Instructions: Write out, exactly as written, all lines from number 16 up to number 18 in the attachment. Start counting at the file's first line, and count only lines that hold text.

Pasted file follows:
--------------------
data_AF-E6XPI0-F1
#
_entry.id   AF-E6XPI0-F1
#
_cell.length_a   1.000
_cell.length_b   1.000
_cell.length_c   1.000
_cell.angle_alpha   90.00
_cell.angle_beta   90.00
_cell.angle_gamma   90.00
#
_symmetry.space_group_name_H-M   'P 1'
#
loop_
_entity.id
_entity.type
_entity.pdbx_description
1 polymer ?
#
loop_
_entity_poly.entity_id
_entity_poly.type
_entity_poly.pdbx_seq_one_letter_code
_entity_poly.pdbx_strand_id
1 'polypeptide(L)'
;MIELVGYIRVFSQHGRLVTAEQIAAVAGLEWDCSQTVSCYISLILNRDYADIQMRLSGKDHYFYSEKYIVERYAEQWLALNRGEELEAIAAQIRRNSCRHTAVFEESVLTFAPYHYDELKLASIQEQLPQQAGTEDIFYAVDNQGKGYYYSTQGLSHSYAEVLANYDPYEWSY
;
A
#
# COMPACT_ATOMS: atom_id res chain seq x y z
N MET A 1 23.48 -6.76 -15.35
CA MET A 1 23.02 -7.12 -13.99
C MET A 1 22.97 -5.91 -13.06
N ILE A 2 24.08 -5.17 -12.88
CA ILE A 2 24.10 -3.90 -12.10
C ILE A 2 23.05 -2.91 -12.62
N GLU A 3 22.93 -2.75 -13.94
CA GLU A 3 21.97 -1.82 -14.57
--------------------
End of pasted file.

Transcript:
_entity.type
_entity.pdbx_description
1 polymer ?